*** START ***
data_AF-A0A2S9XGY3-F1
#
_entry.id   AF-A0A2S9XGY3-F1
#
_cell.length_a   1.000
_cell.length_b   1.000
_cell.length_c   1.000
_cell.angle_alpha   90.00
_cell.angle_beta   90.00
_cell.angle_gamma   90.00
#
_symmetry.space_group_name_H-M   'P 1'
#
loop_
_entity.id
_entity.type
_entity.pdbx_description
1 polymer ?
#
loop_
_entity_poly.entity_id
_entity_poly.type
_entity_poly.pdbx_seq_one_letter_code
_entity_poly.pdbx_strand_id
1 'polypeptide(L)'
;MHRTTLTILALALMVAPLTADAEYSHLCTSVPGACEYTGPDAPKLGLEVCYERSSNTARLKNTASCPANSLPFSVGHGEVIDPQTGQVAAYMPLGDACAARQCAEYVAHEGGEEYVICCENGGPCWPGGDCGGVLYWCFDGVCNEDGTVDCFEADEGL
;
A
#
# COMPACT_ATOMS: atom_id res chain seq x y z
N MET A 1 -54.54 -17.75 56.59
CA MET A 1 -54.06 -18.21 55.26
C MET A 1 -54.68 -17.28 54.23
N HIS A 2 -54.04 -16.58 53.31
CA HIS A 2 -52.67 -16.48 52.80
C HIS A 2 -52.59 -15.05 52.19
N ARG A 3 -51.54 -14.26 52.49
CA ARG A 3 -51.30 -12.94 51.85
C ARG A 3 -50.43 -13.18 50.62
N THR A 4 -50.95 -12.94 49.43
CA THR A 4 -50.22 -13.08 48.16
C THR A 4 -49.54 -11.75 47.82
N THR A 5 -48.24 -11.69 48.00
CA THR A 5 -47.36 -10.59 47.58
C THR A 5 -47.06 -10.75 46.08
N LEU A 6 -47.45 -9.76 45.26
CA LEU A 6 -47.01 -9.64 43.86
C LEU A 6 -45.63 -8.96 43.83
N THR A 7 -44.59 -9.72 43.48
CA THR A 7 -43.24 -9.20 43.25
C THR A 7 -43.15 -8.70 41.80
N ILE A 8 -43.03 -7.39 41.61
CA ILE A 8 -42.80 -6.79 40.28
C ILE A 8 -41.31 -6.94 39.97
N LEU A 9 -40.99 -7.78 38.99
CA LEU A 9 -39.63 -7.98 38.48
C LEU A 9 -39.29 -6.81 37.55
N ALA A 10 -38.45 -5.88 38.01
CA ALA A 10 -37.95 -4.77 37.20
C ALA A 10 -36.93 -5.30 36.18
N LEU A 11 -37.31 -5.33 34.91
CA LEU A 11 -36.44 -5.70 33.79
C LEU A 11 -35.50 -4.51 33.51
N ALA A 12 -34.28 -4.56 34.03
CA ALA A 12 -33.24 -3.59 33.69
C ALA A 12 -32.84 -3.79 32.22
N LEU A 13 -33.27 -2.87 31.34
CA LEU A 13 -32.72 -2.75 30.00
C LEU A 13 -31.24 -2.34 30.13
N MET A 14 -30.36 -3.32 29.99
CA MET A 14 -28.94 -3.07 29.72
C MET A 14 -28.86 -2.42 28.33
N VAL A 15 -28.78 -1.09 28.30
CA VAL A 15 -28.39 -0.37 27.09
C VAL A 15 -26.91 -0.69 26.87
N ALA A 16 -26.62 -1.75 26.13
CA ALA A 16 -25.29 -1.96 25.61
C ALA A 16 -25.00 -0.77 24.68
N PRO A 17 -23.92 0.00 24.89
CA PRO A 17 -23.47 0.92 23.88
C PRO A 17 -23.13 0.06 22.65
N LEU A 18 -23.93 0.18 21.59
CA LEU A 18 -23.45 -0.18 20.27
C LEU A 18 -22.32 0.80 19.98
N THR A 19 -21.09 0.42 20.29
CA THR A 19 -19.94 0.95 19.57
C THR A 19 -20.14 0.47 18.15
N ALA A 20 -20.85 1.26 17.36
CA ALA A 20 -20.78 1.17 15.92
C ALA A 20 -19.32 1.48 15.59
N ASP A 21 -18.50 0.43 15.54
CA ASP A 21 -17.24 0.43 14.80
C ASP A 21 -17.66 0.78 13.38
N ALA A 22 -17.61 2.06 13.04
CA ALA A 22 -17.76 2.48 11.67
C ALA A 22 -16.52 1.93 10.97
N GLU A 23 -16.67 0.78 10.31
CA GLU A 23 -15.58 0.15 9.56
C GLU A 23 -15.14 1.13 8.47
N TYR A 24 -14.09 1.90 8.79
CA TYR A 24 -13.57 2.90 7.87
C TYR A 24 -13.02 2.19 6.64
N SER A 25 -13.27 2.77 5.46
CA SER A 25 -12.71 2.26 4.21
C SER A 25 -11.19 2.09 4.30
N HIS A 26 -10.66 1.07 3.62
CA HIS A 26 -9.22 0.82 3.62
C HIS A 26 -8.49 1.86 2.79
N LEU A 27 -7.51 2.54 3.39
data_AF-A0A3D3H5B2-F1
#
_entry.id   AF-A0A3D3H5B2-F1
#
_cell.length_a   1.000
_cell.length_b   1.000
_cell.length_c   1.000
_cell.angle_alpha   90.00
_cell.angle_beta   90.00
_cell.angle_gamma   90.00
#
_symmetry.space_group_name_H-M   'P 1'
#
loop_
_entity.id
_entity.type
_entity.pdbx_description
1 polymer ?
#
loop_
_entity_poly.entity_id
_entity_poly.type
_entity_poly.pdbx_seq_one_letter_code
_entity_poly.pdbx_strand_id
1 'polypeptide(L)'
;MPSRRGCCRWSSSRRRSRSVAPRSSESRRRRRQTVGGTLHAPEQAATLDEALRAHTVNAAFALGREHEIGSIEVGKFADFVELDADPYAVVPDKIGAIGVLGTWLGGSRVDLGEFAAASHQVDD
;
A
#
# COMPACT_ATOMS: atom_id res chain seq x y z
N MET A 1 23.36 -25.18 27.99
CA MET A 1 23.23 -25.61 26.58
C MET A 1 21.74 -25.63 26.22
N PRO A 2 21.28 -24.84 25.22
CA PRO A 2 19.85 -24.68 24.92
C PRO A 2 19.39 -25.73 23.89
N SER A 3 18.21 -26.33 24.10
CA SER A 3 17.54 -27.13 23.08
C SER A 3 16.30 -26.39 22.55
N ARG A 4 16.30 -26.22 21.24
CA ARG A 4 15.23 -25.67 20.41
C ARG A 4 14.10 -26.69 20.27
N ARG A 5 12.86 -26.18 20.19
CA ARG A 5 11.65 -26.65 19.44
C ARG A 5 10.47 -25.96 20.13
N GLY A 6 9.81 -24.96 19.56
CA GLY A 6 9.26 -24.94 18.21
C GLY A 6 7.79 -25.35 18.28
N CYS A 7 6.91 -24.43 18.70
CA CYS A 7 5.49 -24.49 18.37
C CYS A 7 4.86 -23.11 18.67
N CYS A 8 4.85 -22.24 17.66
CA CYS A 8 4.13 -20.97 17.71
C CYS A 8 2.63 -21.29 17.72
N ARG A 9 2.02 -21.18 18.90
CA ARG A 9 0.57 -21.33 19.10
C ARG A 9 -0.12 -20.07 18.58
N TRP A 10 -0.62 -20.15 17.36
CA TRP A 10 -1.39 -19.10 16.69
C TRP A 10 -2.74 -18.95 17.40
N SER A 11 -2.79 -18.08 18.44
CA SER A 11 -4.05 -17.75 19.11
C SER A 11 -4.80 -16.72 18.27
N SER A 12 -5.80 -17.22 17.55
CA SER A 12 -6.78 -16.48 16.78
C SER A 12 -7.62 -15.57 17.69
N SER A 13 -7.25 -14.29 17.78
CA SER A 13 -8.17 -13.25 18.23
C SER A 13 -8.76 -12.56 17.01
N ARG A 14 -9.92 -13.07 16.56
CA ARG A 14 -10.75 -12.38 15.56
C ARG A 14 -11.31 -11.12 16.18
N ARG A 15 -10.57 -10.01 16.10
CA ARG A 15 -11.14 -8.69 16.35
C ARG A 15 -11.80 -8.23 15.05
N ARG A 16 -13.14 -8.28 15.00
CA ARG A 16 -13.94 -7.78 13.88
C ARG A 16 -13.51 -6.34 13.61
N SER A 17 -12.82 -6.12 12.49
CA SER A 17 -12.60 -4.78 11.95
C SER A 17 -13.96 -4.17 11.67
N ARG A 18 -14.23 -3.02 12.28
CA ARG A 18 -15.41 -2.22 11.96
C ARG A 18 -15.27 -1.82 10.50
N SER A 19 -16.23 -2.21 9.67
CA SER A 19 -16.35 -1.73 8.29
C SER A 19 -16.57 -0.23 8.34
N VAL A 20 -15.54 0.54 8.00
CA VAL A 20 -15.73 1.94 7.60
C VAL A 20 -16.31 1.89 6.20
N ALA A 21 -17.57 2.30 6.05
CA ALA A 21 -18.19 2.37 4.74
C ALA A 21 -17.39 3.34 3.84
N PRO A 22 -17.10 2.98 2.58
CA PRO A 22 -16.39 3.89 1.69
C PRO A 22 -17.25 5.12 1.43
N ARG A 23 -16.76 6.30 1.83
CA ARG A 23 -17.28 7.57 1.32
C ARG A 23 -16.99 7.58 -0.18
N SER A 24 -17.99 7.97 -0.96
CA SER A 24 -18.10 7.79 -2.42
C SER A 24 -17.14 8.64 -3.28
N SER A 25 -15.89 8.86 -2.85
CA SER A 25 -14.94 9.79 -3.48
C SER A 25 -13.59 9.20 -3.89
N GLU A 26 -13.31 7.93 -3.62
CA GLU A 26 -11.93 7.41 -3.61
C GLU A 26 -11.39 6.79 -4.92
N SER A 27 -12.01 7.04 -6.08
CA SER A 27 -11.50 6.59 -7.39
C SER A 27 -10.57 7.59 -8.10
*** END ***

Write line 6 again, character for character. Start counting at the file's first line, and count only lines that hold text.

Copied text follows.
_cell.length_b   1.000